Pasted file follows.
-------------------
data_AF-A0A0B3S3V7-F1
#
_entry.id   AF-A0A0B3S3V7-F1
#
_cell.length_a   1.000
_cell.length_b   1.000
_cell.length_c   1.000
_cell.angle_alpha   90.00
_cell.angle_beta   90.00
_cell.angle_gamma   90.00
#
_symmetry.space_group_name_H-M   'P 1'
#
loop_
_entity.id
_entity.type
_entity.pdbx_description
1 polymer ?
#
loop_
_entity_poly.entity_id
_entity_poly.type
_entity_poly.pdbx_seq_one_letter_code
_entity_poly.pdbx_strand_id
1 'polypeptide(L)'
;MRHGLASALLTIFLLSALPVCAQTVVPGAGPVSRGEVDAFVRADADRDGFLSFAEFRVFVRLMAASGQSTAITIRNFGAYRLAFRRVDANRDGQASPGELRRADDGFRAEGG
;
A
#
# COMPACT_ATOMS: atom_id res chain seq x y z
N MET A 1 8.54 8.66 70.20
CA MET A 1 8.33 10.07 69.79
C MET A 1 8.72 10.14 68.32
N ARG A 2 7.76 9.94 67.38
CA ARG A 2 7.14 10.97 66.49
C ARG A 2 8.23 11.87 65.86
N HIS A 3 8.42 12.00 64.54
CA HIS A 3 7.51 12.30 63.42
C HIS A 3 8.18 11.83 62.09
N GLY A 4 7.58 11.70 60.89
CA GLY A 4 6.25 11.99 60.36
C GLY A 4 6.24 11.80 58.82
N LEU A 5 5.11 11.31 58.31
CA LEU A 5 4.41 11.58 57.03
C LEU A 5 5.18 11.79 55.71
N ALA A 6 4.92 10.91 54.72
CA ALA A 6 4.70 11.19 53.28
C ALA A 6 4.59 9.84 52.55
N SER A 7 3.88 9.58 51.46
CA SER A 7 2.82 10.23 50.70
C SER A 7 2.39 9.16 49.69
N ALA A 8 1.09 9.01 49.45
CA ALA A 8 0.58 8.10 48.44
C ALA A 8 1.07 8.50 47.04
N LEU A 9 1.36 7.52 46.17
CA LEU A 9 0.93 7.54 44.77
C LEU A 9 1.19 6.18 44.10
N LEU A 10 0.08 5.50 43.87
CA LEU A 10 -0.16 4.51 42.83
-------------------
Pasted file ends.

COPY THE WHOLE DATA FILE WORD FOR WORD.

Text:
data_AF-A0A0B3S3V7-F1
#
_entry.id   AF-A0A0B3S3V7-F1
#
_cell.length_a   1.000
_cell.length_b   1.000
_cell.length_c   1.000
_cell.angle_alpha   90.00
_cell.angle_beta   90.00
_cell.angle_gamma   90.00
#
_symmetry.space_group_name_H-M   'P 1'
#
loop_
_entity.id
_entity.type
_entity.pdbx_description
1 polymer ?
#
loop_
_entity_poly.entity_id
_entity_poly.type
_entity_poly.pdbx_seq_one_letter_code
_entity_poly.pdbx_strand_id
1 'polypeptide(L)'
;MRHGLASALLTIFLLSALPVCAQTVVPGAGPVSRGEVDAFVRADADRDGFLSFAEFRVFVRLMAASGQSTAITIRNFGAYRLAFRRVDANRDGQASPGELRRADDGFRAEGG
;
A
#
# COMPACT_ATOMS: atom_id res chain seq x y z
N MET A 1 8.54 8.66 70.20
CA MET A 1 8.33 10.07 69.79
C MET A 1 8.72 10.14 68.32
N ARG A 2 7.76 9.94 67.38
CA ARG A 2 7.14 10.97 66.49
C ARG A 2 8.23 11.87 65.86
N HIS A 3 8.42 12.00 64.54
CA HIS A 3 7.51 12.30 63.42
C HIS A 3 8.18 11.83 62.09
N GLY A 4 7.58 11.70 60.89
CA GLY A 4 6.25 11.99 60.36
C GLY A 4 6.24 11.80 58.82
N LEU A 5 5.11 11.31 58.31
CA LEU A 5 4.41 11.58 57.03
C LEU A 5 5.18 11.79 55.71
N ALA A 6 4.92 10.91 54.72
CA ALA A 6 4.70 11.19 53.28
C ALA A 6 4.59 9.84 52.55
N SER A 7 3.88 9.58 51.46
CA SER A 7 2.82 10.23 50.70
C SER A 7 2.39 9.16 49.69
N ALA A 8 1.09 9.01 49.45
CA ALA A 8 0.58 8.10 48.44
C ALA A 8 1.07 8.50 47.04
N LEU A 9 1.36 7.52 46.17
CA LEU A 9 0.93 7.54 44.77
C LEU A 9 1.19 6.18 44.10
N LEU A 10 0.08 5.50 43.87
CA LEU A 10 -0.16 4.51 42.83